Surviving Irene, Weathering Life
With Hurricane Irene on the East, wildfires in Texas and floods in the Midwest, many American have experienced a fight for survival, substantial loss of property, injury and, in some very sad situations, loss of life. Our prayers and best wishes go out to all.
Here in the Kardea Kitchen, we were spared real hardship, facing only power outages. An inconvenience yes, but our 48 hours without electricity had benefits. It became a thoughtful time, a time to reassess, appreciate life’s simple pleasures and, surprisingly, a time to de-stress.
Stress has been implicated as a major factor in the development of heart disease, heart attacks and strokes. It is not only those intense stressful moments that may cause your blood pressure to spike. Chronic stress — that day-in and day-out pressure — also takes its toll.
Medical researchers aren’t sure exactly how stress increases the risk of heart disease. It could be because chronic stress exposes your body to unhealthy, persistently high levels of stress hormones like adrenaline and cortisol. Studies also link stress to changes in the way blood clots, which increases the risk of heart attack. It could be that stress works indirectly, causing blood pressure to rise or contributing to an inflammatory environment in which cholesterol can do its damage.
In his own practice, Dr. Richard Collins, a Mayo Clinic trained cardiologist and co-author of The Kardea Gourmet has found stress reduction programs key tools for preventing heart attacks, particularly among those with known heart disease. In his innovative wellness program, Dr. Collins advises yoga, massage and stress management programs for life.
So, back to our 48 hours without power! Many friends, neighbors and co-workers spent the days without power getting more stressed and as they wondered how they were going to survive. They got angry and worked up over the utility companies pace of repair. They worried about the foods that could be going bad in their freezers. They felt frustrated that their daily routines were disturbed.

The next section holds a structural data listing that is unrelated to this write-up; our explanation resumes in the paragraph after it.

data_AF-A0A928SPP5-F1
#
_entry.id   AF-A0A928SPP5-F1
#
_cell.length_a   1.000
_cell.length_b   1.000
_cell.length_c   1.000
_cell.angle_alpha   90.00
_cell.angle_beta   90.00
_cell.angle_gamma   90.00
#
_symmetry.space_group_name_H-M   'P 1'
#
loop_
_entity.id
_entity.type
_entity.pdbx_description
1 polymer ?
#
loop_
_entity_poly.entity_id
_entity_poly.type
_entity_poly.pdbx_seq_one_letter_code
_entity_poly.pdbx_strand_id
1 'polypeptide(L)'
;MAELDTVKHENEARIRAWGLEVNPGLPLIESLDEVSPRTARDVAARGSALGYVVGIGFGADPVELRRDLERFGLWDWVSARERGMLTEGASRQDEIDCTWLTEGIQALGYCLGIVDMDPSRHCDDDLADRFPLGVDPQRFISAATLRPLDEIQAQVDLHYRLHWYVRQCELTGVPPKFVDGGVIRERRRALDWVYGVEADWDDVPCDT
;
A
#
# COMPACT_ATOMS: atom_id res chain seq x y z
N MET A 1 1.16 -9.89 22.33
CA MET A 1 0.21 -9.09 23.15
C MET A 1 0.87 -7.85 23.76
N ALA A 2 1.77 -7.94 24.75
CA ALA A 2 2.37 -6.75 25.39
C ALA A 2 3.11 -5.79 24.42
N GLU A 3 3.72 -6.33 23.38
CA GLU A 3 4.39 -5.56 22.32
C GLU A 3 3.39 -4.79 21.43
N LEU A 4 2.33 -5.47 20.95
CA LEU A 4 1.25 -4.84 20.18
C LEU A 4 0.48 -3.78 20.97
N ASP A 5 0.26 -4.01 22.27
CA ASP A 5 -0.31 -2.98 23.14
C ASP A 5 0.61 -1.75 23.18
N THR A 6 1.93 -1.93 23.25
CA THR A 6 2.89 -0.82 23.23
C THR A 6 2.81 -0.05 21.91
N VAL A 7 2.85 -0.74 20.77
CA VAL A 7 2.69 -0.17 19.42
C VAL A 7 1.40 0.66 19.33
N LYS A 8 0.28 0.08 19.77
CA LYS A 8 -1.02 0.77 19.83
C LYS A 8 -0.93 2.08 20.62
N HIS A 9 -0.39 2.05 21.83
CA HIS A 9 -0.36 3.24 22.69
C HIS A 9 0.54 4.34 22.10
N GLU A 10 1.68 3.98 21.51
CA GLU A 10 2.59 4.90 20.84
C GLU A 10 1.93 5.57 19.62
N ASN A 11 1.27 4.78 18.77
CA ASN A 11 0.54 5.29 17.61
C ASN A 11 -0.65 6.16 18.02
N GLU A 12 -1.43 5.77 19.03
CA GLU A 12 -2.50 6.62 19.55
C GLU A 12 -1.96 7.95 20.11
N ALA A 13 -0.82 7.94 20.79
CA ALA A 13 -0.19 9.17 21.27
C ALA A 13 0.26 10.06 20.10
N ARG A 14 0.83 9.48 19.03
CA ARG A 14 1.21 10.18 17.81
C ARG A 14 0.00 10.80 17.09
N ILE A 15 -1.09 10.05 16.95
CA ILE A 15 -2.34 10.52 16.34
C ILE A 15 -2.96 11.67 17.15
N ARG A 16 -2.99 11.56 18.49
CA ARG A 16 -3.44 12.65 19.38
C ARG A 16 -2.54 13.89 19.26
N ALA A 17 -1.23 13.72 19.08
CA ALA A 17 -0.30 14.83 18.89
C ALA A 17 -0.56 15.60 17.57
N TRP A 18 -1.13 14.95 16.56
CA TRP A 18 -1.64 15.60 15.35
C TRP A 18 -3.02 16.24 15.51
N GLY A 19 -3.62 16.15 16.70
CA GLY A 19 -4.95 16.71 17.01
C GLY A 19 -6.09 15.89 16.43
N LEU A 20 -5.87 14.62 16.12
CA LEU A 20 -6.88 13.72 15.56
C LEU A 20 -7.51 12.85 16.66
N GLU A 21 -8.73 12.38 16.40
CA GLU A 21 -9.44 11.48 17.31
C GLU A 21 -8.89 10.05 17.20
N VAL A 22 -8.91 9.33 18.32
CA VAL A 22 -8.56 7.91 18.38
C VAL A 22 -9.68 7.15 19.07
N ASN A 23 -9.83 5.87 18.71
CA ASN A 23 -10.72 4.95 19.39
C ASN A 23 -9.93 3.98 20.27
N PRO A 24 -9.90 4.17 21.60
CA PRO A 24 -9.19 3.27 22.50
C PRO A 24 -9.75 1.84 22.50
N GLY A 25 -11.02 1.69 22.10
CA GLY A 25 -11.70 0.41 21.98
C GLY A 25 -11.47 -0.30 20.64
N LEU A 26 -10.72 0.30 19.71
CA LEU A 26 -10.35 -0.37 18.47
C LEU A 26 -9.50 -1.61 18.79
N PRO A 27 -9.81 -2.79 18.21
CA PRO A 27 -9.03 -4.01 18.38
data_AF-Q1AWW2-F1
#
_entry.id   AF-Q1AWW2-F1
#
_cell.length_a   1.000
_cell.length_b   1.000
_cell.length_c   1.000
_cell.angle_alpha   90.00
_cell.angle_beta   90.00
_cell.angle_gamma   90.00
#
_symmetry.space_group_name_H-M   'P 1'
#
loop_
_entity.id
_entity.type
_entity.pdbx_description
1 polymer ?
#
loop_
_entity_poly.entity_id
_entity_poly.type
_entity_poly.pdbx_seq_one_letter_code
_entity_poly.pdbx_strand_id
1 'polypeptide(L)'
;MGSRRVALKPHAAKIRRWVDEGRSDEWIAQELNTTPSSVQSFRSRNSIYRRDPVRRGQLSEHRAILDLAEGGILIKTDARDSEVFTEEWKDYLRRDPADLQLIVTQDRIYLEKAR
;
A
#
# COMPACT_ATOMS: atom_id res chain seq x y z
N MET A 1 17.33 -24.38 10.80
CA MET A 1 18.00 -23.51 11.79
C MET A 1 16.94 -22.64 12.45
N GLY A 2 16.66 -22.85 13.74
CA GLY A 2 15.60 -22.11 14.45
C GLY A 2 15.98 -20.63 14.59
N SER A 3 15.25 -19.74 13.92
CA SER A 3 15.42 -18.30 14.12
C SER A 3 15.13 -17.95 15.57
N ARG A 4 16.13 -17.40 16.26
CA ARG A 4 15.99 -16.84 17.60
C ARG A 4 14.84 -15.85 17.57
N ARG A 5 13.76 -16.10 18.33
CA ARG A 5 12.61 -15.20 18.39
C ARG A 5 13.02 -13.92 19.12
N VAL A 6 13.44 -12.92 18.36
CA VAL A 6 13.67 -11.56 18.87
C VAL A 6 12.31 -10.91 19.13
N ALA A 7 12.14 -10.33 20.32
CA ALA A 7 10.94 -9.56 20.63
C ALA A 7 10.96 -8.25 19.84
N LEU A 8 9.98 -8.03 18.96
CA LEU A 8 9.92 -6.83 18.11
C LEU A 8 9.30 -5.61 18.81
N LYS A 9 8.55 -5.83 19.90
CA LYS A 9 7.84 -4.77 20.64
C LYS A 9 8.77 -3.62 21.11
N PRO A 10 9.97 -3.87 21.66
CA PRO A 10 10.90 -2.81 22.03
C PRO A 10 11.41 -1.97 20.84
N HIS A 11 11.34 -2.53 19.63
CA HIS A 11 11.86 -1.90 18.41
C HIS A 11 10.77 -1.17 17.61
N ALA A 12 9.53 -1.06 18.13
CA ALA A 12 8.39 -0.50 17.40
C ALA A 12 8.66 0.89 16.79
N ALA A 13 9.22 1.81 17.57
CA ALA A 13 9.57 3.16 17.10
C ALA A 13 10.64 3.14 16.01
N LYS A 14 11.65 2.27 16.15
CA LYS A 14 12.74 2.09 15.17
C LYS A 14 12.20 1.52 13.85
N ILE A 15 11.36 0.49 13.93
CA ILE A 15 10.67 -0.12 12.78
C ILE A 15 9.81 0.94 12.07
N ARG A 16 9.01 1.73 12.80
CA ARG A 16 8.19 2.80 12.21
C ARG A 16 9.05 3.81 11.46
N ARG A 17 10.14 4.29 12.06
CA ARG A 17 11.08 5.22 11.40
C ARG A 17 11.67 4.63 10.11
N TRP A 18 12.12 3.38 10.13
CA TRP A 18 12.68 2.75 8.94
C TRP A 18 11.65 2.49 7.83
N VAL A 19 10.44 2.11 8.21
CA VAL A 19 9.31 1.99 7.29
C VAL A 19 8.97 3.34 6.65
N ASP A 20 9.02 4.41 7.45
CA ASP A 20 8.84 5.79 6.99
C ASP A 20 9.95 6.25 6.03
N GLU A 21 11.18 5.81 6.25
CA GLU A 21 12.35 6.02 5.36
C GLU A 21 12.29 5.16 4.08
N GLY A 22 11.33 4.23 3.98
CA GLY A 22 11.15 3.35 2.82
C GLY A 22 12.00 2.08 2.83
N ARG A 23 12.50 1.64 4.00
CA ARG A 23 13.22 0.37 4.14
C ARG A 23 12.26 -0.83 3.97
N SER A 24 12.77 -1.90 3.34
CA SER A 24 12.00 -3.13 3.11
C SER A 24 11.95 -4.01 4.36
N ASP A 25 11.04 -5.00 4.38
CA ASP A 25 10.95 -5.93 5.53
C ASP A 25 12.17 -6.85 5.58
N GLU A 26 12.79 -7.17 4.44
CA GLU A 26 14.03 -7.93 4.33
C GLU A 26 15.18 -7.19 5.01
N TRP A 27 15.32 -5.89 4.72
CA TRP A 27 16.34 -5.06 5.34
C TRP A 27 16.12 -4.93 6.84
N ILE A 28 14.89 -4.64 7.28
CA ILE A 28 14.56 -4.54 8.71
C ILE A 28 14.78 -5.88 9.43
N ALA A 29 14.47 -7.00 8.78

Now, my wife and I live in a 250 year old farm house. It did not have electricity or in-door plumbing until the 1930’s. So, for 180 years, the families living in our home went without power. As the notice came that Hurricane Irene was coming, we adopted the mindset that after the storm, we would be living like the generations that came before us in our colonial home — with only a few of the modern comforts of life.
We packed the freezer with ice and we lined up bottles of water. We made sure that the propane tank was filled and the camping stove was ready. We filled the bathtub and two garbage cans with water, and the cars with gas. We made sure that we had matches, candles and cash.
Next, we picked the ripening vegetables — beans, cucumbers, tomatoes — and herbs from our garden. We made sure we had lots of fruit and easier to prepare foods. Finally, my wife made sure that a pot of coffee was brewed and in the thermal carafe (I do get stressed without my morning cup).
When the storm came, we watched its power with amazement. We assumed that the light would go out. When they did, we did not stress. We assumed that the power would be out for three or four day. We were pleased when power came on after two days. We accepted that we would not be going to work until the roads were clear and safe.
As we sat in the dark during the power outage, we reflected that life is made of an endless series of disruptions to our daily patterns. Like surviving Hurricane Irene, we realized that living life long, vital and happy is as much a mindset as it is about physical preparedness. Cheers!
“Love and compassion are necessities, not luxuries. Without them humanity cannot survive.” What are your necessities?